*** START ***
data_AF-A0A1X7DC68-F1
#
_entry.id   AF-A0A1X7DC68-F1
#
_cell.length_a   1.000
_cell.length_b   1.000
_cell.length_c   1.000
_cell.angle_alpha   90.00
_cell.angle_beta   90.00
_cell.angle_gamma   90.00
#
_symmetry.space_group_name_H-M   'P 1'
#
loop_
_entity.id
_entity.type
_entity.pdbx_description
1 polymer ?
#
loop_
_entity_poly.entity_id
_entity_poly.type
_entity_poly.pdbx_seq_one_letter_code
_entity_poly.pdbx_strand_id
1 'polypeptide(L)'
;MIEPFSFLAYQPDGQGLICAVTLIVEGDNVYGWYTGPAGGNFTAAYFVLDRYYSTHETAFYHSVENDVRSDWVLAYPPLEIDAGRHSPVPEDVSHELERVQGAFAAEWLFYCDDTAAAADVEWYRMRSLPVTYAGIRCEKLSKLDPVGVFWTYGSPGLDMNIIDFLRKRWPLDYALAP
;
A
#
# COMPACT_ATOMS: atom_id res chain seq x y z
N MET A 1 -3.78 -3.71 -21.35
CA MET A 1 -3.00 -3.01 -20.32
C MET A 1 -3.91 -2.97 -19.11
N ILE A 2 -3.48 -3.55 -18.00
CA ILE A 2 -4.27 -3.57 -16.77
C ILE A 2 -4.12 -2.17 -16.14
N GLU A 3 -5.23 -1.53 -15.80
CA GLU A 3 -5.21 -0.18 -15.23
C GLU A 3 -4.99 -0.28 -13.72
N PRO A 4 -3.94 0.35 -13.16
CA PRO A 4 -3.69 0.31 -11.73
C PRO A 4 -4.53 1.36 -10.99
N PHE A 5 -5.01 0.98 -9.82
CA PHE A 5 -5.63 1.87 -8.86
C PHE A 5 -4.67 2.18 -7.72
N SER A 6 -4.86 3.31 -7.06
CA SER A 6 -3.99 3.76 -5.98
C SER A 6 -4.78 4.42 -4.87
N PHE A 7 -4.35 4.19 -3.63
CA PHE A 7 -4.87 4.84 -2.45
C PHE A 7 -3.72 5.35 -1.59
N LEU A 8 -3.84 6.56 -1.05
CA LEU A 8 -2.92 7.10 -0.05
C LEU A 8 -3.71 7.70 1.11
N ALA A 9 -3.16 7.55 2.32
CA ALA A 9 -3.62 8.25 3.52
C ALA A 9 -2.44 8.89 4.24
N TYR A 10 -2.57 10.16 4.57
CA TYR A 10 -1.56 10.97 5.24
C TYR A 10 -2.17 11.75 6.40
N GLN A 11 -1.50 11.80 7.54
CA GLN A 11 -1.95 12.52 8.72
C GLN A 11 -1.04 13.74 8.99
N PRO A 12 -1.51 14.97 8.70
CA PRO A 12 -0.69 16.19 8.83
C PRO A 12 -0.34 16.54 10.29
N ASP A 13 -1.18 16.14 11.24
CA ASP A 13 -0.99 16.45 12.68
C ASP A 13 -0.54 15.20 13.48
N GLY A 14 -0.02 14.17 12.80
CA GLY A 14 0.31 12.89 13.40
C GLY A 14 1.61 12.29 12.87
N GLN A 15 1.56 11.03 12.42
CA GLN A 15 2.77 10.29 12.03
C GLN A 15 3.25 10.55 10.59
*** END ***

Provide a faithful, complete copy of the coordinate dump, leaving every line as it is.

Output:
data_AF-A0A1X7DC68-F1
#
_entry.id   AF-A0A1X7DC68-F1
#
_cell.length_a   1.000
_cell.length_b   1.000
_cell.length_c   1.000
_cell.angle_alpha   90.00
_cell.angle_beta   90.00
_cell.angle_gamma   90.00
#
_symmetry.space_group_name_H-M   'P 1'
#
loop_
_entity.id
_entity.type
_entity.pdbx_description
1 polymer ?
#
loop_
_entity_poly.entity_id
_entity_poly.type
_entity_poly.pdbx_seq_one_letter_code
_entity_poly.pdbx_strand_id
1 'polypeptide(L)'
;MIEPFSFLAYQPDGQGLICAVTLIVEGDNVYGWYTGPAGGNFTAAYFVLDRYYSTHETAFYHSVENDVRSDWVLAYPPLEIDAGRHSPVPEDVSHELERVQGAFAAEWLFYCDDTAAAADVEWYRMRSLPVTYAGIRCEKLSKLDPVGVFWTYGSPGLDMNIIDFLRKRWPLDYALAP
;
A
#
# COMPACT_ATOMS: atom_id res chain seq x y z
N MET A 1 -3.78 -3.71 -21.35
CA MET A 1 -3.00 -3.01 -20.32
C MET A 1 -3.91 -2.97 -19.11
N ILE A 2 -3.48 -3.55 -18.00
CA ILE A 2 -4.27 -3.57 -16.77
C ILE A 2 -4.12 -2.17 -16.14
N GLU A 3 -5.23 -1.53 -15.80
CA GLU A 3 -5.21 -0.18 -15.23
C GLU A 3 -4.99 -0.28 -13.72
N PRO A 4 -3.94 0.35 -13.16
CA PRO A 4 -3.69 0.31 -11.73
C PRO A 4 -4.53 1.36 -10.99
N PHE A 5 -5.01 0.98 -9.82
CA PHE A 5 -5.63 1.87 -8.86
C PHE A 5 -4.67 2.18 -7.72
N SER A 6 -4.86 3.31 -7.06
CA SER A 6 -3.99 3.76 -5.98
C SER A 6 -4.78 4.42 -4.87
N PHE A 7 -4.35 4.19 -3.63
CA PHE A 7 -4.87 4.84 -2.45
C PHE A 7 -3.72 5.35 -1.59
N LEU A 8 -3.84 6.56 -1.05
CA LEU A 8 -2.92 7.10 -0.05
C LEU A 8 -3.71 7.70 1.11
N ALA A 9 -3.16 7.55 2.32
CA ALA A 9 -3.62 8.25 3.52
C ALA A 9 -2.44 8.89 4.24
N TYR A 10 -2.57 10.16 4.57
CA TYR A 10 -1.56 10.97 5.24
C TYR A 10 -2.17 11.75 6.40
N GLN A 11 -1.50 11.80 7.54
CA GLN A 11 -1.95 12.52 8.72
C GLN A 11 -1.04 13.74 8.99
N PRO A 12 -1.51 14.97 8.70
CA PRO A 12 -0.69 16.19 8.83
C PRO A 12 -0.34 16.54 10.29
N ASP A 13 -1.18 16.14 11.24
CA ASP A 13 -0.99 16.45 12.68
C ASP A 13 -0.54 15.20 13.48
N GLY A 14 -0.02 14.17 12.80
CA GLY A 14 0.31 12.89 13.40
C GLY A 14 1.61 12.29 12.87
N GLN A 15 1.56 11.03 12.42
CA GLN A 15 2.77 10.29 12.03
C GLN A 15 3.25 10.55 10.59